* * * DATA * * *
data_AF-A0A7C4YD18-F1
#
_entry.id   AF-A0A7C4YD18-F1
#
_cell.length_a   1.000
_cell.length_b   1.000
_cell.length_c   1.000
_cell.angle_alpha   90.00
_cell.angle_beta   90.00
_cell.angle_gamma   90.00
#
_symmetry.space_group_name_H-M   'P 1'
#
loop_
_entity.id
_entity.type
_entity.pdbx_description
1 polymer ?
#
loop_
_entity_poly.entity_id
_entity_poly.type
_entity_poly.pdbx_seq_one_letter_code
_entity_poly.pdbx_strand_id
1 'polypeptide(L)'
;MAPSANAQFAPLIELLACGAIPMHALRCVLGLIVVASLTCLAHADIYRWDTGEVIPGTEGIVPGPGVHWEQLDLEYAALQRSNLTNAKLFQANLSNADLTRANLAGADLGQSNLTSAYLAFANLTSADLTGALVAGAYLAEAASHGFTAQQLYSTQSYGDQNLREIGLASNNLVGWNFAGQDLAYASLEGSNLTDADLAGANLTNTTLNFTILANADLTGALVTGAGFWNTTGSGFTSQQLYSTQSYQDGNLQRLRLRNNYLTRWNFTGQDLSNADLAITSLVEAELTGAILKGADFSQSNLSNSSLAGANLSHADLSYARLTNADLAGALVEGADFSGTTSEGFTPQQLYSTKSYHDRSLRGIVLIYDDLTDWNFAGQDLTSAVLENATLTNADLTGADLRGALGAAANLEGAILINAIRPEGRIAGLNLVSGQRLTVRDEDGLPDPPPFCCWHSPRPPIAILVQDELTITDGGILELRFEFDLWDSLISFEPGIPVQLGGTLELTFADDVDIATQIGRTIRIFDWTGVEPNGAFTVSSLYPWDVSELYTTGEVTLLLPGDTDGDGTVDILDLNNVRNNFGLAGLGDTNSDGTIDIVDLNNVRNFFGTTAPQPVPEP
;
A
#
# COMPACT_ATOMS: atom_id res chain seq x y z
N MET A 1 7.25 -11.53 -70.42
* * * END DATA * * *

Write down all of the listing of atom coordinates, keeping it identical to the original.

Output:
data_AF-A0A7C4YD18-F1
#
_entry.id   AF-A0A7C4YD18-F1
#
_cell.length_a   1.000
_cell.length_b   1.000
_cell.length_c   1.000
_cell.angle_alpha   90.00
_cell.angle_beta   90.00
_cell.angle_gamma   90.00
#
_symmetry.space_group_name_H-M   'P 1'
#
loop_
_entity.id
_entity.type
_entity.pdbx_description
1 polymer ?
#
loop_
_entity_poly.entity_id
_entity_poly.type
_entity_poly.pdbx_seq_one_letter_code
_entity_poly.pdbx_strand_id
1 'polypeptide(L)'
;MAPSANAQFAPLIELLACGAIPMHALRCVLGLIVVASLTCLAHADIYRWDTGEVIPGTEGIVPGPGVHWEQLDLEYAALQRSNLTNAKLFQANLSNADLTRANLAGADLGQSNLTSAYLAFANLTSADLTGALVAGAYLAEAASHGFTAQQLYSTQSYGDQNLREIGLASNNLVGWNFAGQDLAYASLEGSNLTDADLAGANLTNTTLNFTILANADLTGALVTGAGFWNTTGSGFTSQQLYSTQSYQDGNLQRLRLRNNYLTRWNFTGQDLSNADLAITSLVEAELTGAILKGADFSQSNLSNSSLAGANLSHADLSYARLTNADLAGALVEGADFSGTTSEGFTPQQLYSTKSYHDRSLRGIVLIYDDLTDWNFAGQDLTSAVLENATLTNADLTGADLRGALGAAANLEGAILINAIRPEGRIAGLNLVSGQRLTVRDEDGLPDPPPFCCWHSPRPPIAILVQDELTITDGGILELRFEFDLWDSLISFEPGIPVQLGGTLELTFADDVDIATQIGRTIRIFDWTGVEPNGAFTVSSLYPWDVSELYTTGEVTLLLPGDTDGDGTVDILDLNNVRNNFGLAGLGDTNSDGTIDIVDLNNVRNFFGTTAPQPVPEP
;
A
#
# COMPACT_ATOMS: atom_id res chain seq x y z
N MET A 1 7.25 -11.53 -70.42